Innovation partnership collaboration is the key piston that drives economic growth in the new millennium. In the open innovation context, companies increasingly acquire technologies from external source. Additionally, a lot of companies have recently started to commercialize technology(Chesbrough, 2009). Nestlé’s adopted an innovation strategy that focused on conducting business with its partners. The company ensured that their joint work met all the rules and regulations that surrounded antitrust(Editor, 2010). All the things were presented as having a clear innovation goal. It was paramount that everything was done transparently and withstood all the scrutiny of the trade commission in any country(Spradlin, 2011).

To sustain open innovation, Nestle adopted the ‘sharing is winning’ business model. The company recognized that for it to thrive and survive in the global market, it was important to seek alliances. The slogan represented the spirit of partnership the company was practicing. It didn’t suggest the naive approach that the partners were giving up any proprietary territory. However, it expressed deep respect that the partners would have for each other as they entered co-development(Chesbrough, 2009).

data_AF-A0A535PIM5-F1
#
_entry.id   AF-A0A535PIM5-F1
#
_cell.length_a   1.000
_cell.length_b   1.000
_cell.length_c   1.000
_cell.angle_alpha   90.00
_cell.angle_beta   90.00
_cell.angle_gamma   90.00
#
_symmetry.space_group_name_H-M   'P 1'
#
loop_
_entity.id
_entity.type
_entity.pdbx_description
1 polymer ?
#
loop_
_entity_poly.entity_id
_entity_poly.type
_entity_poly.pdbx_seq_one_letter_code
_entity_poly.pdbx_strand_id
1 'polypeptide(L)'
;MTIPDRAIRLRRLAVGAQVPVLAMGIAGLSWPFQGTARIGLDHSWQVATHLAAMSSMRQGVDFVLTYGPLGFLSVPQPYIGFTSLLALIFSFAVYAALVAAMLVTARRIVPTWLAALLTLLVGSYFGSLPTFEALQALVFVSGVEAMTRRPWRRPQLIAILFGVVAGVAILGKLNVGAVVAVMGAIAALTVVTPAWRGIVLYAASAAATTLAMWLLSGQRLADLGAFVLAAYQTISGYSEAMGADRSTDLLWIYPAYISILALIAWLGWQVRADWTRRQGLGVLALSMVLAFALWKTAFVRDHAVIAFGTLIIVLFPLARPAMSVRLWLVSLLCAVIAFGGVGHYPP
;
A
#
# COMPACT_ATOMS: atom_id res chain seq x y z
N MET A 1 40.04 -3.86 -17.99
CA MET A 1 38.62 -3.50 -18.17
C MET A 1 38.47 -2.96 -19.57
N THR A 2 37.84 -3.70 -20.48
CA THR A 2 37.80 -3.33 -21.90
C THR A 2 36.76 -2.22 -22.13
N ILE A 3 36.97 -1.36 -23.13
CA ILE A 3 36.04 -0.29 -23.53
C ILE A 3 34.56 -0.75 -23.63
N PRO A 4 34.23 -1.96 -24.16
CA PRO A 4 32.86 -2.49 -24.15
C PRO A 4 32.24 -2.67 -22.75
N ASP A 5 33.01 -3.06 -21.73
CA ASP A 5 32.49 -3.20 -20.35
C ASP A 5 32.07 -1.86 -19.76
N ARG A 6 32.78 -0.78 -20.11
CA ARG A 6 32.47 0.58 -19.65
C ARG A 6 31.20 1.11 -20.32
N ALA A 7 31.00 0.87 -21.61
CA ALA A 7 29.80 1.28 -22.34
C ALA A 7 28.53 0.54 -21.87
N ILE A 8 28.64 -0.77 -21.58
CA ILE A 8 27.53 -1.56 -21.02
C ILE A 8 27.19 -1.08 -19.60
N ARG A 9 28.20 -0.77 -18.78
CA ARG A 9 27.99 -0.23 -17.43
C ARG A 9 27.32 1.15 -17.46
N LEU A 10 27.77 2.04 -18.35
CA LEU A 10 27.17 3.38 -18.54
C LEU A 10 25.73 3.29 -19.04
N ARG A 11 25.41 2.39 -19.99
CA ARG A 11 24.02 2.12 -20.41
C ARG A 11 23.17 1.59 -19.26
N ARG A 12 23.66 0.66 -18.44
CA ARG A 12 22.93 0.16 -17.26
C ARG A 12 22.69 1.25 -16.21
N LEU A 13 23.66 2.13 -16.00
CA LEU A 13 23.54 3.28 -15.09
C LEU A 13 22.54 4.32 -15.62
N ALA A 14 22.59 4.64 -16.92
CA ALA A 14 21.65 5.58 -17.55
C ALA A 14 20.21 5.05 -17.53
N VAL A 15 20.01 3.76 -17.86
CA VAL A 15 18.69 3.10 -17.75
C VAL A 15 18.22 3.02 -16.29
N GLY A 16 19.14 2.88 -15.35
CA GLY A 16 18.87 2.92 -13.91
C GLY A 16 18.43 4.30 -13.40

Value partnership, trust and goodwill evolve via three essential stages; value, trust and goodwill. It’s the creation of value at the beginning is the ultimate partnership goal. Without creation of value, the whole concept is meaningless(Linssen, 2009). To drive creation of value, Nestle, applied a disciplined approach to the process of innovation. The company involved its partners in briefings. Additionally, for its upstream partnerships, Nestle compiled all its future needs for all its business units and shared information with its innovation partners.

Before any company shares its vital and confidential information, it should consider legal issues. The company should establish a legal framework. Initially, Nestle used existing agreements that spelled out the terms and confidential information that could be shared. As progress on shared innovation path was made, however, partners realized the information shared was inadequate. To overcome such obstacles, the company established master joints development agreements.(Linssen, 2009)